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Home » support » symfony 1.3 and 1.4 » Git and release deployment
Git and release deployment [message #103179] Wed, 28 July 2010 12:25 Go to next message
pulse00  is currently offline pulse00
Messages: 25
Registered: June 2008
Junior Member
Hi all,

i'm wondering what strategies people use when deploying new releases of their webapps using some kind of version control (git in my case).

The reason i ask is because i would like to avoid errors for end users, which happened during our last deployment.

Here's the workflow:

- The production checkout is on a "master" branch
- A new feature has been developed on a "dev" branch
- The new feature contains some refactoring, which forces us to do some manual config file changes on the live server and rebuild the model. These 2 steps might take a couple of minutes
- When the feature is finished, it's merged over to the master branch
- Finally, on the production checkout, the master branch is updated from the repository.

Now until all the manual configuration steps have been done on the production server, anything that does not come from the cache might throw an error to the end user.

I guess there's not really a way to avoid this, because anything that has not been cached before the update, symfony will need to render, which might lead to errors.

Any strategies symfony/git users can recommend for this situtaion?

thanks!
Re: Git and release deployment [message #103184 is a reply to message #103179 ] Wed, 28 July 2010 12:40 Go to previous messageGo to next message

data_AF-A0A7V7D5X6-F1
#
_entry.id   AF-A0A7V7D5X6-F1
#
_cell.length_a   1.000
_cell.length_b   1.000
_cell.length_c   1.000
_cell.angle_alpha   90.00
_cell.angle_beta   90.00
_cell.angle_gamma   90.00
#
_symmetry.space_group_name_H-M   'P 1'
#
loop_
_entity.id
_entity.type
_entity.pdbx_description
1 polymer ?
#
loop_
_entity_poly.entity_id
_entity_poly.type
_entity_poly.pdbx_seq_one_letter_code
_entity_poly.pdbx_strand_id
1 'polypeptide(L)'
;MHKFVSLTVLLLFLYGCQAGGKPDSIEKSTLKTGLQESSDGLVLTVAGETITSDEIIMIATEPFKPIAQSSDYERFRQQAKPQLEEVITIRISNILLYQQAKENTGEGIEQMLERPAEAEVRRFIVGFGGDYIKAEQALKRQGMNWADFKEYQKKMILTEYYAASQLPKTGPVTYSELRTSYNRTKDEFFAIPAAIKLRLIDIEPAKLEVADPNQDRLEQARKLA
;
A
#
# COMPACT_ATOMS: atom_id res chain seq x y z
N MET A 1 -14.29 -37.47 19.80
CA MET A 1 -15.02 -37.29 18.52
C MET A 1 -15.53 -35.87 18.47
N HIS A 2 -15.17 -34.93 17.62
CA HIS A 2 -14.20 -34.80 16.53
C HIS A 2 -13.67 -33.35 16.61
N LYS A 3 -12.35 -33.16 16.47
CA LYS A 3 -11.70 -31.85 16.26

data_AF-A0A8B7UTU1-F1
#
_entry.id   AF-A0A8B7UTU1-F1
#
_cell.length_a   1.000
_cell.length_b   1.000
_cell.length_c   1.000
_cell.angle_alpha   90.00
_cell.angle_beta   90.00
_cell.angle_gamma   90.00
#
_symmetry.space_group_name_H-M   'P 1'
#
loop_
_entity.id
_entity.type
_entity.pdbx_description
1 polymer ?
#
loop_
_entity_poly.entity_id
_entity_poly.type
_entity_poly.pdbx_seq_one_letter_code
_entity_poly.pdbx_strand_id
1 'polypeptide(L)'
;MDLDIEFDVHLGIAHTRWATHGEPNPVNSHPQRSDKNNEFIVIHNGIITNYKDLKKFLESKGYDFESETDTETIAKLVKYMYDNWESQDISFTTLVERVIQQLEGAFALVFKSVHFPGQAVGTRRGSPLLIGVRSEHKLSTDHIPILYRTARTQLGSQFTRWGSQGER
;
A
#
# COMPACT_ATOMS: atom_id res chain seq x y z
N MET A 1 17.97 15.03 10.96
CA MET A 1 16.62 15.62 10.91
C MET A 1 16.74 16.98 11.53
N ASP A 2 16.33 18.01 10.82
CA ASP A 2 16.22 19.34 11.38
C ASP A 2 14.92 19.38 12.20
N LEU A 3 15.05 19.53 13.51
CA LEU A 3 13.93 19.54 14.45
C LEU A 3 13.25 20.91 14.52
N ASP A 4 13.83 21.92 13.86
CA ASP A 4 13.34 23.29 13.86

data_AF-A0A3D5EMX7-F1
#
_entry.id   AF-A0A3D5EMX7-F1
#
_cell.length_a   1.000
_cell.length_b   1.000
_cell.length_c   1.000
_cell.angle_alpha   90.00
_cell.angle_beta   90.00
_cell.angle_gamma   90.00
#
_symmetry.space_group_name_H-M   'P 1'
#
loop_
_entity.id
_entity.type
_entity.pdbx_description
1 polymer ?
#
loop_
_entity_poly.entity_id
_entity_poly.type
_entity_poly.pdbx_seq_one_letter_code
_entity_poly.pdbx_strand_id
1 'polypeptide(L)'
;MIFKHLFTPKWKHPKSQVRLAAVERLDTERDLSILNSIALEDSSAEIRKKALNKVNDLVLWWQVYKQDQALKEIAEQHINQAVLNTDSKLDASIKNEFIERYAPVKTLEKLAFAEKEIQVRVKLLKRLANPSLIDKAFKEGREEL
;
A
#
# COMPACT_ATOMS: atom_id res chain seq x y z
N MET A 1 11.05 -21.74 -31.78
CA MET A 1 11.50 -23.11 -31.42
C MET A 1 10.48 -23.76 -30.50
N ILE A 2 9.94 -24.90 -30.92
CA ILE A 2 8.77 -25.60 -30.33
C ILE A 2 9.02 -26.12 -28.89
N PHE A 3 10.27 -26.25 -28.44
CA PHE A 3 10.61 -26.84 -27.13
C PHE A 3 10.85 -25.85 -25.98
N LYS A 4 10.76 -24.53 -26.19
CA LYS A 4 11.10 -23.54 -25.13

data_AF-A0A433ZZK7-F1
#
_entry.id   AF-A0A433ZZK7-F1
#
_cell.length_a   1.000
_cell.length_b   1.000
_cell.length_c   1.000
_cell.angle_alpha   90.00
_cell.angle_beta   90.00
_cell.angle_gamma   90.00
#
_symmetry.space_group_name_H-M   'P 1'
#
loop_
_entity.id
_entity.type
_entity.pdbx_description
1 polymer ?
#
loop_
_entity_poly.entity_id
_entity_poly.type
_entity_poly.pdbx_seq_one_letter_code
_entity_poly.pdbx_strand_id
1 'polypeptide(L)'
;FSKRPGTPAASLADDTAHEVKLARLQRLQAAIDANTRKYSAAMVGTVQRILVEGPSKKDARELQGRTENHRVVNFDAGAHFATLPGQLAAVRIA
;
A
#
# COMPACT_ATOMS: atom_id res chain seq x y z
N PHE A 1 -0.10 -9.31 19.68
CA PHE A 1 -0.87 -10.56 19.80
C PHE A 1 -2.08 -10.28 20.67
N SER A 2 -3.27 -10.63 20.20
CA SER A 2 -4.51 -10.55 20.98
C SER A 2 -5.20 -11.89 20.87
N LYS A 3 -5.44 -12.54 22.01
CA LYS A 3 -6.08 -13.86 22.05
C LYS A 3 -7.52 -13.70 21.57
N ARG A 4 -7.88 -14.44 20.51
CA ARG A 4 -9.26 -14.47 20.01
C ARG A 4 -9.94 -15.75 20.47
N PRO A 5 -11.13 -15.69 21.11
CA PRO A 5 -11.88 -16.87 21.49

halfer  is currently offline halfer
Messages: 9535
Registered: January 2006
Location: West Midlands, UK
Faithful Member
I heard of something the other day which sounded like a good idea. Apparently the Rails deployment tool Capistrano does some magic, but it could easily be replaced with a shell script for PHP. We will start using "svn switch" in due course, so we are in a similar position to you.

However I am not sure why there are so many steps in your process. You should not need to make any manual changes on the live server - they should come entirely from the SCM command you use (svn for us, git for you).

One of the beauties of using svn switch is that manual changes (e.g. the paths to the symfony folders, environment settings in the front controllers) are preserved between changes. So, our process is:

* svn switch <new-version-uri>
* chmod -R ... (to fix broken permissions)
* run database changes script
* clear cache

This is all manual at the moment but hopefully will be automated soon. If we have db changes that will break something, we organise downtime.

OK, back to the Capistrano magic. What this does apparently is to do a checkout, and run the necessary database migrations, but it does it in a non-live folder. If everything goes OK, it changes the live web symlink to point to the new folder, deleting the old symlink. This means that if something goes wrong during the deployment, only database migrations need to be reversed, and the live system can carry on working.


Remember Palestine
Re: Git and release deployment [message #103188 is a reply to message #103184 ] Wed, 28 July 2010 13:51 Go to previous messageGo to next message
pulse00  is currently offline pulse00